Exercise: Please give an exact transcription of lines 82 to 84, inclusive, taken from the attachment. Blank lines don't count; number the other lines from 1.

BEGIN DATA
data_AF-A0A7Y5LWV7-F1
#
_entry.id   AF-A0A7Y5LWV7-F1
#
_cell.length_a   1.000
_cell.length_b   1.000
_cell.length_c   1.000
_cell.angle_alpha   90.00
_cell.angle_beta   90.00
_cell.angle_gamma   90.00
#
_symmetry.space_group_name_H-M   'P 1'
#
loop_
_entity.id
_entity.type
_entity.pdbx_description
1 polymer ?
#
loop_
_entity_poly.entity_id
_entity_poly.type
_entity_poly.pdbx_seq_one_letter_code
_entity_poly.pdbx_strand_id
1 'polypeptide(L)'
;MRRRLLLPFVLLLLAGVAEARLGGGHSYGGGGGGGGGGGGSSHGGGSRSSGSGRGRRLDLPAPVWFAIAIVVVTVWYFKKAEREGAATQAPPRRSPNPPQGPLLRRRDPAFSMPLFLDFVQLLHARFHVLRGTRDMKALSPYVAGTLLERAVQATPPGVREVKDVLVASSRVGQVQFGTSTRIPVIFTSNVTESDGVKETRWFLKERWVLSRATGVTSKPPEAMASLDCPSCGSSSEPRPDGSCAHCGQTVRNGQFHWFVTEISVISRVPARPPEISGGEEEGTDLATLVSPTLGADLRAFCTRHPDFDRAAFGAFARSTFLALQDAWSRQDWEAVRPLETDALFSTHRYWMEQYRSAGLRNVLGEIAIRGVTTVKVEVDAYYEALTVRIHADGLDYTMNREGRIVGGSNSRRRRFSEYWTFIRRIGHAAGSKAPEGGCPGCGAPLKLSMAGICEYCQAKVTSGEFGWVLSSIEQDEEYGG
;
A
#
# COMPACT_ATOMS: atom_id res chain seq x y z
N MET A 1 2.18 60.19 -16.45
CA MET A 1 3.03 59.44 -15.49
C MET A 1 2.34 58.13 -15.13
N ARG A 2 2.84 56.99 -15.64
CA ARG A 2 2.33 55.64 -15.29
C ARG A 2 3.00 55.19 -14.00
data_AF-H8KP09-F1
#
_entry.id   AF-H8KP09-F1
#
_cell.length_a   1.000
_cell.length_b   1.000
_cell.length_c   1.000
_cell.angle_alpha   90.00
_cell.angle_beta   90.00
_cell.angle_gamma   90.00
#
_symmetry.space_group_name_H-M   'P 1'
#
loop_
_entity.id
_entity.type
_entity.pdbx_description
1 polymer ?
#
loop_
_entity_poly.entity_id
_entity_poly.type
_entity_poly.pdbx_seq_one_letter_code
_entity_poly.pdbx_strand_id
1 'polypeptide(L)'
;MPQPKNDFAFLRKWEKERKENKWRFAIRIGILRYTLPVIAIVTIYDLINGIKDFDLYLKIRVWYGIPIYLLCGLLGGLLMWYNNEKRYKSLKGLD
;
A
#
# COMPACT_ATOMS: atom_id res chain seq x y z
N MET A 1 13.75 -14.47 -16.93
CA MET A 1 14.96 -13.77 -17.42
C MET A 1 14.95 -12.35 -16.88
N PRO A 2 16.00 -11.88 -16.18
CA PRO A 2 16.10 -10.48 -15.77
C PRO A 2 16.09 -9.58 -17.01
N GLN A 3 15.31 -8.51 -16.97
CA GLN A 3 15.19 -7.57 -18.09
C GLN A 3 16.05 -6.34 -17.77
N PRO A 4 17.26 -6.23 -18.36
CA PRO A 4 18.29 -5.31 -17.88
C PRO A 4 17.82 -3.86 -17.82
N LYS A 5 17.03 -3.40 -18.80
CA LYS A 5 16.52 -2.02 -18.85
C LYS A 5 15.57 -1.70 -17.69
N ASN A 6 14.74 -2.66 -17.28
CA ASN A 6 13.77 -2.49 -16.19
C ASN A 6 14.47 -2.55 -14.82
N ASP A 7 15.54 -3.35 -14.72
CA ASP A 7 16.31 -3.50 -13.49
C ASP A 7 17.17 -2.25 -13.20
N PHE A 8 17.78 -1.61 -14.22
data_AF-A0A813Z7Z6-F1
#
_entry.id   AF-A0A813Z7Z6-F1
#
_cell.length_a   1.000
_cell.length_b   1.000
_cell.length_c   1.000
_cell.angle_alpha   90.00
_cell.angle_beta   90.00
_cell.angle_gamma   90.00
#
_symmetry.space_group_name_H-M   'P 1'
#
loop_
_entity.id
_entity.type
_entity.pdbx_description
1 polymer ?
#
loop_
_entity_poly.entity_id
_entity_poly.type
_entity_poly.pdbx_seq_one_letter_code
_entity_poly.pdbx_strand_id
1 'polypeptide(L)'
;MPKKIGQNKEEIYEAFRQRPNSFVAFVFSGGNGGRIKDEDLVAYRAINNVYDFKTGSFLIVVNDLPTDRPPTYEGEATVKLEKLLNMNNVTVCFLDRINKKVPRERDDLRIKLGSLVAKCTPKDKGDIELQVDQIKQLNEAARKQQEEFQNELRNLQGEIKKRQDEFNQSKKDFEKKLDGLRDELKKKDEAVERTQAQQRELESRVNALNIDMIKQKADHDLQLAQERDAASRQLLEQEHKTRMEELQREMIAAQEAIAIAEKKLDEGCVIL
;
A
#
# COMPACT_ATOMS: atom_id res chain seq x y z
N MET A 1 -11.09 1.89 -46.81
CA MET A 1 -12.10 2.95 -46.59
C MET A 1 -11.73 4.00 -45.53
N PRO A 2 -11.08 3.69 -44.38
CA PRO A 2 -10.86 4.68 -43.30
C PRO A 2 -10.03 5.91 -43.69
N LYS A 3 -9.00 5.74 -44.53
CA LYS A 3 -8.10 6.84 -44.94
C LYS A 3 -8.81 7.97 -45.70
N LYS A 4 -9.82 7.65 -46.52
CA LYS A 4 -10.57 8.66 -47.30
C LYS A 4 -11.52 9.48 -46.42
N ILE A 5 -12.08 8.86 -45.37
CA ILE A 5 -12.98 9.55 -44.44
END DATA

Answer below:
N ASN A 6 14.74 -2.66 -17.28
CA ASN A 6 13.77 -2.49 -16.19
C ASN A 6 14.47 -2.55 -14.82